I knew there was a battery in it somewhere, so I turned it upside down. It didn’t like that – and sent out a groan. I quickly found the compartment where the battery was hidden and after a struggle with two catches that you have to operate simultaneously, managed to take it out. The laptop made a small hopeless resurgence for a second or two, then its lights went out, the screen went to black and it finally expired on the table in front of me.

That was that. It was caput. And so I was out of work. I needed a laptop, and I needed it straightaway. I dashed into town and had a quick look round, saw over fifty different models and came home with a beauty. New design. Fully guaranteed. Ideal for a writer. Every feature you can think of. Programmed ready. Just plug it in. As the man said, all I had to do was press the keys. It was so up to date, it would practically write the stuff for me! Magic.

I got it unpacked and followed the simple diagram enclosed to set it up. Then switched it on. Big screen. Lots of colour. Great sounds. It was like Wonderland. But to my horror I discovered that everything had changed. And I mean everything. I had been using a computer every day for about twelve years and suddenly I was lost. I couldn’t find anything that I understood. All the sequences had been changed and all the names of the moves had been changed, the jargon had changed. Only the mouse was the same. I am plodding through and with help from James who looks after the website I am disciplining the great monster and trying to get back to writing my book.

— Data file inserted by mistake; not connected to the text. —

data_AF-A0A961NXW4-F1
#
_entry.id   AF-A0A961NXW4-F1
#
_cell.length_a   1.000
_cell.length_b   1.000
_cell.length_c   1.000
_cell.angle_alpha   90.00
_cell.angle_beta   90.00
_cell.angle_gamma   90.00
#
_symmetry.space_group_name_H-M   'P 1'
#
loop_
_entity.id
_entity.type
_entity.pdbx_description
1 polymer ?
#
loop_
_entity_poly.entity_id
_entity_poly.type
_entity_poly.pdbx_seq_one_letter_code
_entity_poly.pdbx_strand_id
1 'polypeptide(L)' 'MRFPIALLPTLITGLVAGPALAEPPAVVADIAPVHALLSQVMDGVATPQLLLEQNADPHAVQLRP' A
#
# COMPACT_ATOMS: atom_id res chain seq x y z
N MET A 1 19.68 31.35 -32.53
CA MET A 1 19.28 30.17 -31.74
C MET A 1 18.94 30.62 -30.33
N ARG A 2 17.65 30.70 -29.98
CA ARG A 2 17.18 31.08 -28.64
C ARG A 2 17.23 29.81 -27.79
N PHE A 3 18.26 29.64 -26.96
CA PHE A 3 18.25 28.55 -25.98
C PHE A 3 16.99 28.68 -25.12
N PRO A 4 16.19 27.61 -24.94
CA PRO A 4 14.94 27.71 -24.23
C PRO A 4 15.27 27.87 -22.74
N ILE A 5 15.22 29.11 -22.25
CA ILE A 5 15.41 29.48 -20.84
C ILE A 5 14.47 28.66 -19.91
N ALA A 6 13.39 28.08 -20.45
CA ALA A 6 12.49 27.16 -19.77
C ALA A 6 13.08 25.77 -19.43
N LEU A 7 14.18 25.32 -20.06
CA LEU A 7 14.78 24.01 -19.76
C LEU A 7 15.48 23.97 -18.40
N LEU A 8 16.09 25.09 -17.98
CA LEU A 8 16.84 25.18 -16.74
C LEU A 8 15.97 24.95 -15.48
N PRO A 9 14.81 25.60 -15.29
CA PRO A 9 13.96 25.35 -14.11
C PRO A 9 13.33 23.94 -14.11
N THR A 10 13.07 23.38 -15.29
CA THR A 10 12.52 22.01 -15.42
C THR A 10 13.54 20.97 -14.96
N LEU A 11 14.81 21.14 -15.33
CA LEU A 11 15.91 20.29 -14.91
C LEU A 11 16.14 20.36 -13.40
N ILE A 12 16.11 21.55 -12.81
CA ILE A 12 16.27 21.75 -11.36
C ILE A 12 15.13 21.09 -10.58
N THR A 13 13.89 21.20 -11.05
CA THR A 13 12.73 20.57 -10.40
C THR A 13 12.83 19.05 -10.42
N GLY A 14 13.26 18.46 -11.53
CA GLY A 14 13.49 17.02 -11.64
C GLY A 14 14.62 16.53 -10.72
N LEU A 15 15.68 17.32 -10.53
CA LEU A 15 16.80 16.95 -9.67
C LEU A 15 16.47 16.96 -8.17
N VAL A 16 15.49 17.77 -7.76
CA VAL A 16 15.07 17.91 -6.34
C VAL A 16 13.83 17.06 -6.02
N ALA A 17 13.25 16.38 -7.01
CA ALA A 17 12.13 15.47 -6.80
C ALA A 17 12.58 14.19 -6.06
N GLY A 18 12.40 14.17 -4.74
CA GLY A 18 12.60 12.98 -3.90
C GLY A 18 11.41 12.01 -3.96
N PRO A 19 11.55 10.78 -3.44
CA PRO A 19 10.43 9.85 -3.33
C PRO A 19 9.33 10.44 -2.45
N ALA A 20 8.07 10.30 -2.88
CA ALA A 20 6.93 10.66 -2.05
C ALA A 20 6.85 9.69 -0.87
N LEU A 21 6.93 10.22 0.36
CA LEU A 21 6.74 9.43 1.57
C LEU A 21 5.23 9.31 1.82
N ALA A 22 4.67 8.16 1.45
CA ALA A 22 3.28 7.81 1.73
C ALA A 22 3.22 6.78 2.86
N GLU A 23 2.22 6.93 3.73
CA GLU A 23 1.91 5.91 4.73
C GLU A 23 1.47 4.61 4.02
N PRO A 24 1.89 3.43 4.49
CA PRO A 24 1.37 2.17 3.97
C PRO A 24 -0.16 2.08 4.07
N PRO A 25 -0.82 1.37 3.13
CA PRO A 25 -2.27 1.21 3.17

To something else ...
I had a super surprise in the post this morning. A voucher copy of MURDER IN BARE FEET in audio. It’s chiefly for the blind or registered blind, of course. It was recorded by the actor, Jonathan Keeble, who has recorded many other writers books ... he does Reginald Hill’s DALZIEL AND PASCO and others, so I am in good company.
I listened to a bit of it and it sounded just great. I understand it is out in the libraries and shops now.

You’re going to get more Angel in future. The publisher is changing the format of the Angel books to make them 30% bigger. I will therefore be writing the stories appropriately longer, which will be much better. I will have more space in which to develop the plot. And, for the same money, you will get more Angel. As I write this, I have just realised, everybody wins, except me. I won’t be getting any more money!

Got to go. You wouldn’t believe it. The queen wants me. Unusual. There’s a nasty smell on the patio. Grant, who does our garden has lifted an inspection cover and found that the drains are blocked. Will I do something about it? Yes. Find a plumber.

I’ll never get back to writing my book.

If you can stand the tension, come back soon.